No one was surprised to see Lendl open the fourth round match by taking the first two sets. But Chang managed to win the third, 6-3. Chang broke Lendl’s serve on the sixth game of the fourth set (thanks to a Lendl double fault), by which time the world’s best player was showing signs of mental fatigue. A confrontation with the umpire in the set’s seventh game would cost Lendl a point and a chance to counter with a break of his own. Chang took the fourth set 6-3 and forced a fifth.
Lendl’s tirade at the expense of the umpire afforded Chang some much needed rest, but he was fighting leg cramps and unsure of whether he’d be able to continue. Early in the fifth, he considered forfeiting. “It crossed my mind to say, ‘Who am I kidding here? I’m playing against the No. 1 player in the world, I’m throwing these lob shots and I can’t move worth beans,’” he told Jerry Crowe in a 2009 Los Angeles Times interview. “And I started to think to myself, ‘I’ll get into the locker room and people will pat me on the back. I’ll get to the press conference and people will say, ‘Great effort today.’”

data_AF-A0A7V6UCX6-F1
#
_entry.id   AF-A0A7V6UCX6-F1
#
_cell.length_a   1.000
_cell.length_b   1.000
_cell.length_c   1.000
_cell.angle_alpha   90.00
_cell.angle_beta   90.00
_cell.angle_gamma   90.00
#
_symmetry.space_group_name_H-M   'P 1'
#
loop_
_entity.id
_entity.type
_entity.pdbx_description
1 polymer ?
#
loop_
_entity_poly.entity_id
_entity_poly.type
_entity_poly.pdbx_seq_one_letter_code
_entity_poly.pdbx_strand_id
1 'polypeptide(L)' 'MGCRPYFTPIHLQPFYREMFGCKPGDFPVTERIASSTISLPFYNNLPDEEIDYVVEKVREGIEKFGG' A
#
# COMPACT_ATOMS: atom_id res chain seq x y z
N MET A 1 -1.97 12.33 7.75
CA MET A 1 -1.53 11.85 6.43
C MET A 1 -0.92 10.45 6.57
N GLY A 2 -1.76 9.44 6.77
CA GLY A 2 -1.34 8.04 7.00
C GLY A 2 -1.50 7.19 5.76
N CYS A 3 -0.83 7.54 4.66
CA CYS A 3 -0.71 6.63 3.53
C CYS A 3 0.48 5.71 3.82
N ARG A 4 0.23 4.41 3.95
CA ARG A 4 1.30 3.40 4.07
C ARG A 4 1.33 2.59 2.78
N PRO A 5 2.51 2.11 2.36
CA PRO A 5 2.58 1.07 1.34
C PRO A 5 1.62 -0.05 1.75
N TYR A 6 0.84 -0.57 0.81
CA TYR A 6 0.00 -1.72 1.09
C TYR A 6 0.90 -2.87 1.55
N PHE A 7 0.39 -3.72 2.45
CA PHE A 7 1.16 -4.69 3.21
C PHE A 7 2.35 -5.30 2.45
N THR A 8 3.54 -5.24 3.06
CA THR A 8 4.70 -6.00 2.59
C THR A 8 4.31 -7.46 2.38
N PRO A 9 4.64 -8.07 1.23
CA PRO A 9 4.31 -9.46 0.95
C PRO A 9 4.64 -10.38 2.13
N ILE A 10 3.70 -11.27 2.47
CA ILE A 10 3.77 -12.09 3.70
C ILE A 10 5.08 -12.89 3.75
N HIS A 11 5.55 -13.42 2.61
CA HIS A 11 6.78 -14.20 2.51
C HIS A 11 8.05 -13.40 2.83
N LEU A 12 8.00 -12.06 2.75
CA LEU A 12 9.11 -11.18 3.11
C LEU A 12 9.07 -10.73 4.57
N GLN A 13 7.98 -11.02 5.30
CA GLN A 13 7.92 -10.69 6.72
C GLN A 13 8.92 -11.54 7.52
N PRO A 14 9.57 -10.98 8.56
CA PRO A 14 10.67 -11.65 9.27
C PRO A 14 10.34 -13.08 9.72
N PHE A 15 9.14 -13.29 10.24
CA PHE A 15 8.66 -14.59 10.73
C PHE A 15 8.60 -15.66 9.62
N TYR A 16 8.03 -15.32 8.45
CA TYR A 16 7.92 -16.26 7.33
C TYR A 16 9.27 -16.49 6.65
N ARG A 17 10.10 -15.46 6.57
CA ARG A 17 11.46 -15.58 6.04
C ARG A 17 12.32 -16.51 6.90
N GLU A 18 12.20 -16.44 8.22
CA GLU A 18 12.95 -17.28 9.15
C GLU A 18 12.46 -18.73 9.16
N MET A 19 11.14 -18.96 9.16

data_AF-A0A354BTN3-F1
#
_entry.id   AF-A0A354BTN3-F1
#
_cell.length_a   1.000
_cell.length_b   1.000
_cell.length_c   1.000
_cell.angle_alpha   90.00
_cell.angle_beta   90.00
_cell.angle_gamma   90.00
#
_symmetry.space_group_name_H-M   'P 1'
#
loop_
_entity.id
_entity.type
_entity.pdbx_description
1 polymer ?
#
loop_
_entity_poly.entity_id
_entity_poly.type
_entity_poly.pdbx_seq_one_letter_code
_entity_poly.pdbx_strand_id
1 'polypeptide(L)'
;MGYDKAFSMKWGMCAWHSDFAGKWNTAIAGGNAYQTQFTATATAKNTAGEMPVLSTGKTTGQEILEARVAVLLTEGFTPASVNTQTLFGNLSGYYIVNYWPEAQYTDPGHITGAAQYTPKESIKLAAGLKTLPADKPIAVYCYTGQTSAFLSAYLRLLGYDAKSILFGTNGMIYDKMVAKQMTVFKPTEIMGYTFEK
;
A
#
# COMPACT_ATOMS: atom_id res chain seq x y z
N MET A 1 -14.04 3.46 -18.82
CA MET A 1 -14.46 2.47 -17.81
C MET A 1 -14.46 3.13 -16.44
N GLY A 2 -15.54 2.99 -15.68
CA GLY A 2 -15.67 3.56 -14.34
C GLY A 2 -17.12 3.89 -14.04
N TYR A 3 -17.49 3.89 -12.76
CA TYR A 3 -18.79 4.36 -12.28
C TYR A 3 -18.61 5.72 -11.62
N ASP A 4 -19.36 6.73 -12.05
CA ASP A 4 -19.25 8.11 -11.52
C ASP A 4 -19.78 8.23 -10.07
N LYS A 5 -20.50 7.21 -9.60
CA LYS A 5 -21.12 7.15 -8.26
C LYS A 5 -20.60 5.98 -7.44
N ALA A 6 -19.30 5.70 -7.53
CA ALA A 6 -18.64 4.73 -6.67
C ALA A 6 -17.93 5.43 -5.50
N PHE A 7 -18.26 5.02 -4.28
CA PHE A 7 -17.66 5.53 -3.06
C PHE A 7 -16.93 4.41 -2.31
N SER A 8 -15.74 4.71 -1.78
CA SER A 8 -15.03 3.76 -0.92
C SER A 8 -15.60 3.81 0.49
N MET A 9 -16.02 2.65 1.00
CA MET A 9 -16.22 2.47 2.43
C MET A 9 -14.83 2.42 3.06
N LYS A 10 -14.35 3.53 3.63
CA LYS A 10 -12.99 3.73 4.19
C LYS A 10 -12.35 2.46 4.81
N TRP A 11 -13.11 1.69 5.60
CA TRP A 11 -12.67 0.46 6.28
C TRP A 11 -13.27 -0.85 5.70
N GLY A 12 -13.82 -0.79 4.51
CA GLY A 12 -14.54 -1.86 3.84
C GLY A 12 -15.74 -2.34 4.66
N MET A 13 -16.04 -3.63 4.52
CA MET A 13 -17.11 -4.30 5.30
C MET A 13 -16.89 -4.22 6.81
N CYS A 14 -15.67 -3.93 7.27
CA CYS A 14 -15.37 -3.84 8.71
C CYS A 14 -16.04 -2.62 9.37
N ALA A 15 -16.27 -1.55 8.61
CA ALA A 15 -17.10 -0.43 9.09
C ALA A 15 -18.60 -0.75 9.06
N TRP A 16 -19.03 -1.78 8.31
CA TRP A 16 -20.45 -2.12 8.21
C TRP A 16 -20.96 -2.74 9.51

But Chang didn’t quit. He kept playing. To compensate for his lack of legs, Chang relied on “moon volleys,” deep, high shots that, thanks to heavy topspin, manage to land on or just inside the baseline. Whenever there was a break in play, he went on a banana binge, hoping that potassium would be the remedy for his cramps. Lendl and Chang traded service breaks and, with deciding set tied 3-3, Chang appeared unable to move, but he had enough tricks to stay competitive. At one point he resorted to using an underhand serve. The tactic worked, as did everything else Michael Chang tried that day. He ended up winning the final three games and the match: 4-6, 4-6, 6-3, 6-3, 6-3.
Chang v. Edberg, for History